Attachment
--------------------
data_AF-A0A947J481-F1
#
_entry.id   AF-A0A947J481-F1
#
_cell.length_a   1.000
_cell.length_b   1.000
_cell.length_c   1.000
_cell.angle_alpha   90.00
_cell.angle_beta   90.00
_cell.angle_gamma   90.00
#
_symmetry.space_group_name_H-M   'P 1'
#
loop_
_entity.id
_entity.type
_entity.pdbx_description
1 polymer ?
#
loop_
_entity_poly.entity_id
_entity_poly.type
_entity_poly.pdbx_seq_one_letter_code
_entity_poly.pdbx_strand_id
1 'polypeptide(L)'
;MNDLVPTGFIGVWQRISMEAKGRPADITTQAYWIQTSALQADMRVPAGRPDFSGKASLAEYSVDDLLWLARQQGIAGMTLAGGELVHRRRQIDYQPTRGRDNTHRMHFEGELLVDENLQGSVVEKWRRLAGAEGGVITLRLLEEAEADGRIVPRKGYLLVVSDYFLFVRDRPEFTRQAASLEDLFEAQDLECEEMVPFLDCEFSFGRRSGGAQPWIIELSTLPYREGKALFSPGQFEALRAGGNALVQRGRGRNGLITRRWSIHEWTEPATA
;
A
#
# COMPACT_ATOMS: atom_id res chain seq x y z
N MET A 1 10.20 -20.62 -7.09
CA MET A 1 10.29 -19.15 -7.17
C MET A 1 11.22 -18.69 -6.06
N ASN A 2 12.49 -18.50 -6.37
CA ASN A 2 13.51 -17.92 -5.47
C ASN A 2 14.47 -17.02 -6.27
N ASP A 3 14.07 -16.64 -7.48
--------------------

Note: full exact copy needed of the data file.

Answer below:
data_AF-A0A947J481-F1
#
_entry.id   AF-A0A947J481-F1
#
_cell.length_a   1.000
_cell.length_b   1.000
_cell.length_c   1.000
_cell.angle_alpha   90.00
_cell.angle_beta   90.00
_cell.angle_gamma   90.00
#
_symmetry.space_group_name_H-M   'P 1'
#
loop_
_entity.id
_entity.type
_entity.pdbx_description
1 polymer ?
#
loop_
_entity_poly.entity_id
_entity_poly.type
_entity_poly.pdbx_seq_one_letter_code
_entity_poly.pdbx_strand_id
1 'polypeptide(L)'
;MNDLVPTGFIGVWQRISMEAKGRPADITTQAYWIQTSALQADMRVPAGRPDFSGKASLAEYSVDDLLWLARQQGIAGMTLAGGELVHRRRQIDYQPTRGRDNTHRMHFEGELLVDENLQGSVVEKWRRLAGAEGGVITLRLLEEAEADGRIVPRKGYLLVVSDYFLFVRDRPEFTRQAASLEDLFEAQDLECEEMVPFLDCEFSFGRRSGGAQPWIIELSTLPYREGKALFSPGQFEALRAGGNALVQRGRGRNGLITRRWSIHEWTEPATA
;
A
#
# COMPACT_ATOMS: atom_id res chain seq x y z
N MET A 1 10.20 -20.62 -7.09
CA MET A 1 10.29 -19.15 -7.17
C MET A 1 11.22 -18.69 -6.06
N ASN A 2 12.49 -18.50 -6.37
CA ASN A 2 13.51 -17.92 -5.47
C ASN A 2 14.47 -17.02 -6.27
N ASP A 3 14.07 -16.64 -7.48